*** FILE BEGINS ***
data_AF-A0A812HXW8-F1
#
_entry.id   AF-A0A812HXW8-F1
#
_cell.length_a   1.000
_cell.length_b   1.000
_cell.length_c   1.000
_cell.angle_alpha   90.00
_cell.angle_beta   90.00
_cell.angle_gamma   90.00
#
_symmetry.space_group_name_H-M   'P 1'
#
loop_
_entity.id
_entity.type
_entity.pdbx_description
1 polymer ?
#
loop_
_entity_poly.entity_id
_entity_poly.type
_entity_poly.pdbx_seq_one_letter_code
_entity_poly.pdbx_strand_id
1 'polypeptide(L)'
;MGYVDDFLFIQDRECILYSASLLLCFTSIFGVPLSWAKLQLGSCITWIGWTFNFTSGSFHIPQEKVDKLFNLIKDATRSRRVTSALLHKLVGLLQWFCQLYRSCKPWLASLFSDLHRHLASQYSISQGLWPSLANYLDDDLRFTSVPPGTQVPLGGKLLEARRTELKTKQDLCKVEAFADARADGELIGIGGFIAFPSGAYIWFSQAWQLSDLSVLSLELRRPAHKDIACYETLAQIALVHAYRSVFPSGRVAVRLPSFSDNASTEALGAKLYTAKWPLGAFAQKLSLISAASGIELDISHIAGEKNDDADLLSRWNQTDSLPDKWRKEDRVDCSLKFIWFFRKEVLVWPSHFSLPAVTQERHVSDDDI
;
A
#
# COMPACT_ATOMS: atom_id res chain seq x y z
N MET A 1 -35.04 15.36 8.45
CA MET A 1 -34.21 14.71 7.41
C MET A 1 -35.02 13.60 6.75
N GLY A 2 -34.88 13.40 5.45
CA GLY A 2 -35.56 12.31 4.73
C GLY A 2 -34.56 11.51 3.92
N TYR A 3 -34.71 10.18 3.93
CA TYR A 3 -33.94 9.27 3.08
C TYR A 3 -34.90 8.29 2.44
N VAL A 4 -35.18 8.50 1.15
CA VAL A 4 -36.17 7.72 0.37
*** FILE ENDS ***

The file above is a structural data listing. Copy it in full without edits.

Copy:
data_AF-A0A812HXW8-F1
#
_entry.id   AF-A0A812HXW8-F1
#
_cell.length_a   1.000
_cell.length_b   1.000
_cell.length_c   1.000
_cell.angle_alpha   90.00
_cell.angle_beta   90.00
_cell.angle_gamma   90.00
#
_symmetry.space_group_name_H-M   'P 1'
#
loop_
_entity.id
_entity.type
_entity.pdbx_description
1 polymer ?
#
loop_
_entity_poly.entity_id
_entity_poly.type
_entity_poly.pdbx_seq_one_letter_code
_entity_poly.pdbx_strand_id
1 'polypeptide(L)'
;MGYVDDFLFIQDRECILYSASLLLCFTSIFGVPLSWAKLQLGSCITWIGWTFNFTSGSFHIPQEKVDKLFNLIKDATRSRRVTSALLHKLVGLLQWFCQLYRSCKPWLASLFSDLHRHLASQYSISQGLWPSLANYLDDDLRFTSVPPGTQVPLGGKLLEARRTELKTKQDLCKVEAFADARADGELIGIGGFIAFPSGAYIWFSQAWQLSDLSVLSLELRRPAHKDIACYETLAQIALVHAYRSVFPSGRVAVRLPSFSDNASTEALGAKLYTAKWPLGAFAQKLSLISAASGIELDISHIAGEKNDDADLLSRWNQTDSLPDKWRKEDRVDCSLKFIWFFRKEVLVWPSHFSLPAVTQERHVSDDDI
;
A
#
# COMPACT_ATOMS: atom_id res chain seq x y z
N MET A 1 -35.04 15.36 8.45
CA MET A 1 -34.21 14.71 7.41
C MET A 1 -35.02 13.60 6.75
N GLY A 2 -34.88 13.40 5.45
CA GLY A 2 -35.56 12.31 4.73
C GLY A 2 -34.56 11.51 3.92
N TYR A 3 -34.71 10.18 3.93
CA TYR A 3 -33.94 9.27 3.08
C TYR A 3 -34.90 8.29 2.44
N VAL A 4 -35.18 8.50 1.15
CA VAL A 4 -36.17 7.72 0.37